Spare Parts

This is an archived version of the PW Sources newsletter from Saturday, April 27, 2024. Sign up to receive PW Sources directly to your inbox here.


On Wednesday, Prabowo Subtiano was officially declared the winner of Indonesia’s 2024 election. The former defense minister has promised to continue the legacy of President Joko “Jokowi” Widodo, with an agenda that includes industrial downstreaming, infrastructure development, and “good neighbor” policies with both the US and China.

In a 2007 report, YASUYUKI MATSUMOTO examines how speculative finance made Indonesia particularly vulnerable during the 1998 East Asian financial crisis, which was a precursor to the end of Suharto’s dictatorship:

“A number of studies link debt accumulation by the private sector to the liberalization policies that were actively pursued in East Asia’s crisis-affected countries in the 1980s and 1990s. In particular, the private sector’s external debt problem is viewed as a result of capital account liberalization. Indonesia undertook a dramatic deregulation of its financial sector in the 1980s and by the 1990s had one of the most liberalized financial markets in the world. Deregulation policies were introduced between 1983 and 1989. In June 1983, bank credit ceilings and most interest rate controls were eliminated. In December 1987, a deregulation package for the investment and capital markets was introduced, in which daily price controls on the Jakarta Stock Exchange were eliminated. In October 1988, the government introduced a major banking reform and deregulation package that eliminated restrictions on the opening of new banks, branches, and foreign joint-venture banks. In December 1988, the amendment and supplemental package Paket 20 December 1988 was introduced, allowing foreign ownership of securities companies. The government refined PAKTO in March 1989 and changed foreign borrowing restrictions on bank and non-bank financial institutions to controls on net open positions. It is not surprising that the monitoring system and regulatory framework was not put in place as quickly as the new financial products, services, and institutions. During the finance boom, the Indonesian corporate sector accumulated offshore private debt and transformed the economy from robust to fragile and unstable while economic fundamentals remained essentially sound.”

“Unlike Prabowo, who had planned to reshape the political system to suit his interests, Jokowi had no intention of radically changing the polity. This also meant that he allowed the forces of the establishment to aggressively defend their interests.” By Marcus Mietzner. Link. And see a JATAM report on Jokowi’s controversial job creation bill. Link.

 “Palm oil-based green energy is very problematic, as it has the potential to accelerate the expansion of palm oil plantations into forests.” Firdaus Cahyadi on Prabowo’s climate policy. Link. And see Sirojuddin Arif’s new PW essay on Prabowo’s developmental policies. Link

+  “Resource nationalism in Indonesia is a top-down, corporate project that has been largely determined by a rising class of domestic business elites.” By Eve Warburton. Link. And in a PW essay from last year, Alvin Camba examines Indonesia’s export ban on nickel. Link.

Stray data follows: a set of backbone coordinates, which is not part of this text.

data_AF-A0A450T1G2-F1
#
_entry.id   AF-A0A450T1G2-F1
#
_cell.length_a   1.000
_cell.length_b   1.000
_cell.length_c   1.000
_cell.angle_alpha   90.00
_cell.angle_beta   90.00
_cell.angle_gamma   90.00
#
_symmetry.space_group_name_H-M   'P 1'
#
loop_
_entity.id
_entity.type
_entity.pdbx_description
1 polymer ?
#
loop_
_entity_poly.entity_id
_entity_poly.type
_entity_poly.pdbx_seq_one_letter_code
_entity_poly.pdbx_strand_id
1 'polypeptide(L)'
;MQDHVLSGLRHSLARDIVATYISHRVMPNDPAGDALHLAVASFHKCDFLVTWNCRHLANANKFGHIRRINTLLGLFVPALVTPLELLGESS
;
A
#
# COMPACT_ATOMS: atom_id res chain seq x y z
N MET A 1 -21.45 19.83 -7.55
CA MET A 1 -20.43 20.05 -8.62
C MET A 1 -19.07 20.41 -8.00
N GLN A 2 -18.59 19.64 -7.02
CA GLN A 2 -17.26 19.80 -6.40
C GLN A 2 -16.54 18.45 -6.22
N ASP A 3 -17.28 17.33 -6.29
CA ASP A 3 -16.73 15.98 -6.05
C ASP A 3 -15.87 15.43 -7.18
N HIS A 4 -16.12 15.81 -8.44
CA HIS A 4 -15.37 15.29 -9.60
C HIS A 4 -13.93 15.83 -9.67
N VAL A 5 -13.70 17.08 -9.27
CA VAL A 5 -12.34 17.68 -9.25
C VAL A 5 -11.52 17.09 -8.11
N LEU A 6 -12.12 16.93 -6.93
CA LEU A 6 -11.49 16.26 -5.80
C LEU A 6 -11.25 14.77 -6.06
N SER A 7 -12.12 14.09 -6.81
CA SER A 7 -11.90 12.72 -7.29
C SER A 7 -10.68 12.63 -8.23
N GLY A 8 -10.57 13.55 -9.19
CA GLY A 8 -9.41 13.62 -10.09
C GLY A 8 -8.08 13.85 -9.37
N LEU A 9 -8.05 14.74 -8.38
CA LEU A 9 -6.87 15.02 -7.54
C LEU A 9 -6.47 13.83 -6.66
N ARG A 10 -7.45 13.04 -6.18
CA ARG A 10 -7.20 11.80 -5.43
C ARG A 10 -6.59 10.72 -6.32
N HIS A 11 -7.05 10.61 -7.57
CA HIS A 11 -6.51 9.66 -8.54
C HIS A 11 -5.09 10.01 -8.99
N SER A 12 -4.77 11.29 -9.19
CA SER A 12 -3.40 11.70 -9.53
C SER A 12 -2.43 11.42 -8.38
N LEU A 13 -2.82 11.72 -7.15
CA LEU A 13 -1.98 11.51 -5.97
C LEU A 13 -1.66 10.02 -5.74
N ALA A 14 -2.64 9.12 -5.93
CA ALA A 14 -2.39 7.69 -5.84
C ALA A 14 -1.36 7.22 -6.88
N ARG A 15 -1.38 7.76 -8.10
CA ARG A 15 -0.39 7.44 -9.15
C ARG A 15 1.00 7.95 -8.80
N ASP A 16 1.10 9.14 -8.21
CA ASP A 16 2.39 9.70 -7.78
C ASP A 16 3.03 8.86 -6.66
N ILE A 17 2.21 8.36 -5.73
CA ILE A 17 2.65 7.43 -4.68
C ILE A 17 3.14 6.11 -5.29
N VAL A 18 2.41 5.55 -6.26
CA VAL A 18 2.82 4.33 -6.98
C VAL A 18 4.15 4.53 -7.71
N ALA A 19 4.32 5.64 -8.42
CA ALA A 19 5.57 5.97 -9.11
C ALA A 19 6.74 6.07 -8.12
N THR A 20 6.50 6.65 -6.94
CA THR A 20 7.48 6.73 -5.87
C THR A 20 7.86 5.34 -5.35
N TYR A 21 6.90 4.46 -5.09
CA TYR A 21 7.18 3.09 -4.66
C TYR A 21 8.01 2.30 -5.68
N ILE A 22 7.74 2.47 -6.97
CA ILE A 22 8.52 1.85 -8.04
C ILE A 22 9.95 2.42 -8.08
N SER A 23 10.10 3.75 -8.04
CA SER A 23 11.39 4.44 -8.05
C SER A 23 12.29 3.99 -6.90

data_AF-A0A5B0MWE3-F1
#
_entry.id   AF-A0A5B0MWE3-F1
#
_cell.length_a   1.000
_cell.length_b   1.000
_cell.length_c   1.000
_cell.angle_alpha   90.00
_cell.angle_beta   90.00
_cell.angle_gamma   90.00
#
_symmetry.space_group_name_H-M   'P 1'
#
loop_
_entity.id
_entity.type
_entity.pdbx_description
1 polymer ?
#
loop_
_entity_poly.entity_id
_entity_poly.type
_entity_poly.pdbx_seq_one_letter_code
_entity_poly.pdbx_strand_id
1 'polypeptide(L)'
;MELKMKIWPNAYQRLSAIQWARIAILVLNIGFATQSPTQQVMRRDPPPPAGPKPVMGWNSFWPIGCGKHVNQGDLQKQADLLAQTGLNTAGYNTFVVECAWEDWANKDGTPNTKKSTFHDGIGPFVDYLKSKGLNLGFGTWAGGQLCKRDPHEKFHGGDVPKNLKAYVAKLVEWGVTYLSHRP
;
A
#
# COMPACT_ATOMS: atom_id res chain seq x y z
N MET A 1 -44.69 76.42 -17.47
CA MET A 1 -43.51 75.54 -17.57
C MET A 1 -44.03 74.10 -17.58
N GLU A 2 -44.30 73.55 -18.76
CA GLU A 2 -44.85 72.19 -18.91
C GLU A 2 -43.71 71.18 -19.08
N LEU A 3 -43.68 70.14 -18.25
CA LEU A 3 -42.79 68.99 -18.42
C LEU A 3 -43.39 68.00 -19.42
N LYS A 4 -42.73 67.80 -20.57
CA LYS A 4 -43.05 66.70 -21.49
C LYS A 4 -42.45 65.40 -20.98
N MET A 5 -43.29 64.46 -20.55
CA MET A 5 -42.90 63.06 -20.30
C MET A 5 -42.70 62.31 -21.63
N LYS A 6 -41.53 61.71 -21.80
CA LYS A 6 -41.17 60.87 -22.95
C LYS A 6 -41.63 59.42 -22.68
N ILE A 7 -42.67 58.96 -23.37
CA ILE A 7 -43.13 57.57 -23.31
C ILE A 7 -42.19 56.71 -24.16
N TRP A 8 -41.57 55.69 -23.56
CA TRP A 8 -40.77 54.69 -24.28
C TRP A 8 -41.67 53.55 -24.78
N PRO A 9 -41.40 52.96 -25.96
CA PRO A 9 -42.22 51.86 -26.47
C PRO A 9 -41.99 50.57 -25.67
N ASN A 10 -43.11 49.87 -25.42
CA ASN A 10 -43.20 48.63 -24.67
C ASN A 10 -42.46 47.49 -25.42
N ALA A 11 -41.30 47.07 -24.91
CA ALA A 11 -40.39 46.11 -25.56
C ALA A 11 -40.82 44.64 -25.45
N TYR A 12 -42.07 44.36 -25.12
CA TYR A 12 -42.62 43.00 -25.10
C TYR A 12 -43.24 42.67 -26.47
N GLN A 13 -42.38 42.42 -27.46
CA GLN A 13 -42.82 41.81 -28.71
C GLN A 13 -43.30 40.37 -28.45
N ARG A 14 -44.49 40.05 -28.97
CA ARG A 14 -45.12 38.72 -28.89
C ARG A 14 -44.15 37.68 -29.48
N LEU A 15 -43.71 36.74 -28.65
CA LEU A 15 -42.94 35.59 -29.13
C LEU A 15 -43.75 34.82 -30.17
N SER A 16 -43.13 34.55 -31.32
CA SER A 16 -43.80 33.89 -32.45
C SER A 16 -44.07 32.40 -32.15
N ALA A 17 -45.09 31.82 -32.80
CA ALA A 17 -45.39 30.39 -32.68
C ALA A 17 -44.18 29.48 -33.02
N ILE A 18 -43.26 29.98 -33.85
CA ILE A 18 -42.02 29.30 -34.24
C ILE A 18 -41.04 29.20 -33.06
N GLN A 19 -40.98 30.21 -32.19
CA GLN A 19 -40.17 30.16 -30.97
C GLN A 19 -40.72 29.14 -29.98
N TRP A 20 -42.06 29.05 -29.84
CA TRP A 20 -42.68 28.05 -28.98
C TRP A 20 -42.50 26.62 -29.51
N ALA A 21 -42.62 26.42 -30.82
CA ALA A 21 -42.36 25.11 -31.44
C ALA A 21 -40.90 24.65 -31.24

Expellees & the far right

ANIL MENON is an assistant professor in the Department of Political Science at UC Merced. In a 2020 paper, he examines how forced migration post-WWII has shaped the contemporary electoral politics of Germany.

From the paper:

“The local population of postwar Germany was in a ‘spiritual and moral vacuum […] with yesterday’s idols fallen and new ideals not yet established.’ They had little time, resources, or sympathy to spare for unwelcome strangers while struggling to piece their lives back together. This native apathy toward expellees stifled the latter’s social integration. Nevertheless, locals were required to house expellees. Such shared living situations proved difficult for both hosts and guests. Many expellees, who had owned homes in the East, found their entire families confined to a single room. Congested living spaces coupled with cultural differences led to inevitable tensions. The situation proved even worse for expellees assigned to mass housing. Many remained in displaced person camps for years or had to live out of bomb shelters. The unique economic challenges faced by expellees exacerbated the situation. Their haphazard allocation led to sizable mismatches between skills and employment opportunities. Severe restrictions on expellee movement in the early postwar years limited expellees’ ability to correct these imbalances. Moreover, their lack of deep social ties with local employers meant that they were discriminated against, becoming the ‘last hired and first fired.’ Faced with these compounded obstacles, expellees fared worse than their native counterparts, providing fodder for native caricatures of the expellee as lazy dead-weights within society. The postwar administration also viewed expellees as a potential reservoir of societal agitation and unrest. General Lucius Clay, military governor of the American occupation zone, repeatedly cautioned German officials about the possibility of radicalization among disillusioned expellees. Officials feared that collective political action within the expellee community would hinder efforts at expellee integration into the larger community, increase tensions between the pre-war local population and expellees, and transform them into focal points for forces interested in destabilizing the postwar order. Such fears led to the ban of any expellee political parties or groups in the immediate postwar period.”